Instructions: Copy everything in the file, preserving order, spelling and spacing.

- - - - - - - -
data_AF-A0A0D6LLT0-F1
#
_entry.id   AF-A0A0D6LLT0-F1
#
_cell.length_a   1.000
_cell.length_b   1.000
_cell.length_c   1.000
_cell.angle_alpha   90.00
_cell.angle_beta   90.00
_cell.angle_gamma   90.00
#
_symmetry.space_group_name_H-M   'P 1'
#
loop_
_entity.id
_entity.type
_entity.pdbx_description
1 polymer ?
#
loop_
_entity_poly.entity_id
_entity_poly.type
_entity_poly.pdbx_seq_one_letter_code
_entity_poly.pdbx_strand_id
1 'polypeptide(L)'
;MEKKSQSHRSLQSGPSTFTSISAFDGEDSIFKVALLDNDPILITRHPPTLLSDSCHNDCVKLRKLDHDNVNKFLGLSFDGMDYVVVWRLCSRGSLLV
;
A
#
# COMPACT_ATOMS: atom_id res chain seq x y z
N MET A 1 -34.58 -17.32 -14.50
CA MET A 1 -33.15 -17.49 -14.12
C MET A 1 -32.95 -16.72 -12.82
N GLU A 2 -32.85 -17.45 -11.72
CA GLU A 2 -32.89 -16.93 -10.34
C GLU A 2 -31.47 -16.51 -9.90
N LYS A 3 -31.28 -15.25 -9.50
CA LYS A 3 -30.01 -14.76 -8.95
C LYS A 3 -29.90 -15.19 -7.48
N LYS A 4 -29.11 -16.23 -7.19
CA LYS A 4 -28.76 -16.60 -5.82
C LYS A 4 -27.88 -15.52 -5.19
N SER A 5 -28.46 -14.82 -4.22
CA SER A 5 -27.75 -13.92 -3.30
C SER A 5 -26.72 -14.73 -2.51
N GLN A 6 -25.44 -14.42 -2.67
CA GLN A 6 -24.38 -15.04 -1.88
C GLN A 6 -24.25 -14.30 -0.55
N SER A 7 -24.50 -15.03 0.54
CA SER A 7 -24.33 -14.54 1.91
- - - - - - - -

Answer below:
data_AF-A0A0D6LLT0-F1
#
_entry.id   AF-A0A0D6LLT0-F1
#
_cell.length_a   1.000
_cell.length_b   1.000
_cell.length_c   1.000
_cell.angle_alpha   90.00
_cell.angle_beta   90.00
_cell.angle_gamma   90.00
#
_symmetry.space_group_name_H-M   'P 1'
#
loop_
_entity.id
_entity.type
_entity.pdbx_description
1 polymer ?
#
loop_
_entity_poly.entity_id
_entity_poly.type
_entity_poly.pdbx_seq_one_letter_code
_entity_poly.pdbx_strand_id
1 'polypeptide(L)'
;MEKKSQSHRSLQSGPSTFTSISAFDGEDSIFKVALLDNDPILITRHPPTLLSDSCHNDCVKLRKLDHDNVNKFLGLSFDGMDYVVVWRLCSRGSLLV
;
A
#
# COMPACT_ATOMS: atom_id res chain seq x y z
N MET A 1 -34.58 -17.32 -14.50
CA MET A 1 -33.15 -17.49 -14.12
C MET A 1 -32.95 -16.72 -12.82
N GLU A 2 -32.85 -17.45 -11.72
CA GLU A 2 -32.89 -16.93 -10.34
C GLU A 2 -31.47 -16.51 -9.90
N LYS A 3 -31.28 -15.25 -9.50
CA LYS A 3 -30.01 -14.76 -8.95
C LYS A 3 -29.90 -15.19 -7.48
N LYS A 4 -29.11 -16.23 -7.19
CA LYS A 4 -28.76 -16.60 -5.82
C LYS A 4 -27.88 -15.52 -5.19
N SER A 5 -28.46 -14.82 -4.22
CA SER A 5 -27.75 -13.92 -3.30
C SER A 5 -26.72 -14.73 -2.51
N GLN A 6 -25.44 -14.42 -2.67
CA GLN A 6 -24.38 -15.04 -1.88
C GLN A 6 -24.25 -14.30 -0.55
N SER A 7 -24.50 -15.03 0.54
CA SER A 7 -24.33 -14.54 1.91